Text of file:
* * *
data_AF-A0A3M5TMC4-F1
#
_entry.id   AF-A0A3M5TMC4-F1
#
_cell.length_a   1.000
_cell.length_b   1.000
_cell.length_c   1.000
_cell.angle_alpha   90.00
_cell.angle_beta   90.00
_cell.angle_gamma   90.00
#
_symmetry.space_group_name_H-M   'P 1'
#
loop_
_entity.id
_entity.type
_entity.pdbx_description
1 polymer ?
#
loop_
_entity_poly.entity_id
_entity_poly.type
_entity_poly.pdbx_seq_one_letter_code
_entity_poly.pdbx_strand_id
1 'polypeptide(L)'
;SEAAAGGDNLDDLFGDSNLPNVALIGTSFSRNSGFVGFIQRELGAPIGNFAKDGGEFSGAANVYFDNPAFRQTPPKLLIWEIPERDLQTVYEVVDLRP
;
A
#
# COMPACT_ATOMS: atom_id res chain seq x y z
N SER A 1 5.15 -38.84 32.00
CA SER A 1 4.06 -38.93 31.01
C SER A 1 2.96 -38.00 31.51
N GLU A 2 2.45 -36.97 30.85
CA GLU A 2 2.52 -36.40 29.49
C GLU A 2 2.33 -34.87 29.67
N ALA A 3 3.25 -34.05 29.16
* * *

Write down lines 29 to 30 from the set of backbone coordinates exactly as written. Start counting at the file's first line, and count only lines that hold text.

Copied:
#
# COMPACT_ATOMS: atom_id res chain seq x y z